Henry D. Thoreau traveled to the backwoods of Maine in 1846, 1853, and 1857. Originally published in 1864, and published now with a new introduction by Paul Theroux, this volume is a powerful telling of those journeys through a rugged and largely unspoiled land. It presents Thoreau's fullest account of the wilderness. The Maine Woods is classic Thoreau: a personal story of exterior and interior discoveries in a natural setting--all conveyed in taut, masterly prose. Thoreau's evocative renderings of the life of the primitive forest--its mountains, waterways, fauna, flora, and inhabitants--are timeless and valuable on their own. But his impassioned protest against the despoilment of nature in the name of commerce and sport, which even by the 1850s threatened to deprive Americans of the "tonic of wildness," makes The Maine Woods an especially vital book for our own time.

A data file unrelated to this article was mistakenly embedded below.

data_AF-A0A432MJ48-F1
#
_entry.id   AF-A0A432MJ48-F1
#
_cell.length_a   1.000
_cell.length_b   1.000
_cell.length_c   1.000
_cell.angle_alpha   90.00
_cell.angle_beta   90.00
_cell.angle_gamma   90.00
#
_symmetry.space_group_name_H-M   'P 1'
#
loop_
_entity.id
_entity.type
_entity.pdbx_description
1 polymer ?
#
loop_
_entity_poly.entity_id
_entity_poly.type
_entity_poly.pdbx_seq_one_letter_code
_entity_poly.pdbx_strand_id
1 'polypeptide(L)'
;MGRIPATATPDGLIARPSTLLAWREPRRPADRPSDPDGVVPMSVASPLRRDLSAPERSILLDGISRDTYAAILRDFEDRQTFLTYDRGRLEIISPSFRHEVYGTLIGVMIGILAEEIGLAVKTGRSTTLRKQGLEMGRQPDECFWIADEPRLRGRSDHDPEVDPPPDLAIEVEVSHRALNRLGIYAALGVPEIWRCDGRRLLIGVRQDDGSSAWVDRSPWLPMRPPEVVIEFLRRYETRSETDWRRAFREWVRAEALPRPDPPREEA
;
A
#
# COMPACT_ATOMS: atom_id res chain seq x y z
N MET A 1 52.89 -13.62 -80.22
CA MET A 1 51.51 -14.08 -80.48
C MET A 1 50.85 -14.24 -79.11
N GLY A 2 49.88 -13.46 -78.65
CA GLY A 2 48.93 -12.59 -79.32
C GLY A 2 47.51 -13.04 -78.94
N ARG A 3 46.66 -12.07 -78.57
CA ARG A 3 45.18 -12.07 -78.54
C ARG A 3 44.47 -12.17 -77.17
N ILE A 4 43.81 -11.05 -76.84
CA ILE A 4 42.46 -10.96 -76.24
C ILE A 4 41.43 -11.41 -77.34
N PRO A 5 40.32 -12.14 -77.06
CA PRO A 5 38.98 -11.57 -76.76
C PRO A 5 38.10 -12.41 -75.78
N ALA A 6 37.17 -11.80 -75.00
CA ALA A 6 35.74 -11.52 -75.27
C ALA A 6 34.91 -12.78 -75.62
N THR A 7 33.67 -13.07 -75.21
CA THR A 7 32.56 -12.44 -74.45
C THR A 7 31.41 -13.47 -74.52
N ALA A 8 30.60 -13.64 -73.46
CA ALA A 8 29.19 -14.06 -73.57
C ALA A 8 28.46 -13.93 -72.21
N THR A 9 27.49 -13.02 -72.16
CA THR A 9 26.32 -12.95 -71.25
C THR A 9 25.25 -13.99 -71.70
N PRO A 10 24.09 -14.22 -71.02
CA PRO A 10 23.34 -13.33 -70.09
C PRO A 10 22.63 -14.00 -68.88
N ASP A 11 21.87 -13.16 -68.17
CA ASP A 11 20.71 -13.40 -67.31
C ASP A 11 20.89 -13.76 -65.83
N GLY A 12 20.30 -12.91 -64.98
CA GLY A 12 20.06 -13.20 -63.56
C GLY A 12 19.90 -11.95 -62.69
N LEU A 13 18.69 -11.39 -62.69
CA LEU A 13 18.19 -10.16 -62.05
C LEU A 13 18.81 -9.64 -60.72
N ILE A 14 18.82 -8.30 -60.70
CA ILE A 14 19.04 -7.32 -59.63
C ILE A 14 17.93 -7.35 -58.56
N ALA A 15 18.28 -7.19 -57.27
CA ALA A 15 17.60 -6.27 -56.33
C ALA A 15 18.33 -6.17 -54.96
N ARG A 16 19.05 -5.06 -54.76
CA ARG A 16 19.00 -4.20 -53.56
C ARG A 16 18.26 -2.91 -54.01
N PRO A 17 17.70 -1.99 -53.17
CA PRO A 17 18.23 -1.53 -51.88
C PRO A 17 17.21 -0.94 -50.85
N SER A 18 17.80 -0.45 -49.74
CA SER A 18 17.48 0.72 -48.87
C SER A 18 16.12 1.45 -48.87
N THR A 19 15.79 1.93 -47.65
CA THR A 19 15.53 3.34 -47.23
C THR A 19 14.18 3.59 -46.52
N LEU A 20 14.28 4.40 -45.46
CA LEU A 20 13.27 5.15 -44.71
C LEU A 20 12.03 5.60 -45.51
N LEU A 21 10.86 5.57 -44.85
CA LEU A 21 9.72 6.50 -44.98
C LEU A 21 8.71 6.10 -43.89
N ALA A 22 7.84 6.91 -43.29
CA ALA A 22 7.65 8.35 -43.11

Paul Theroux is a travel writer who is widely credited with reviving the genre in 1975 with his The Great Railway Bazaar. Among his other books are the novels Chicago Loop and Mosquito Coast. He lives on Cape Cod and in Hawaii.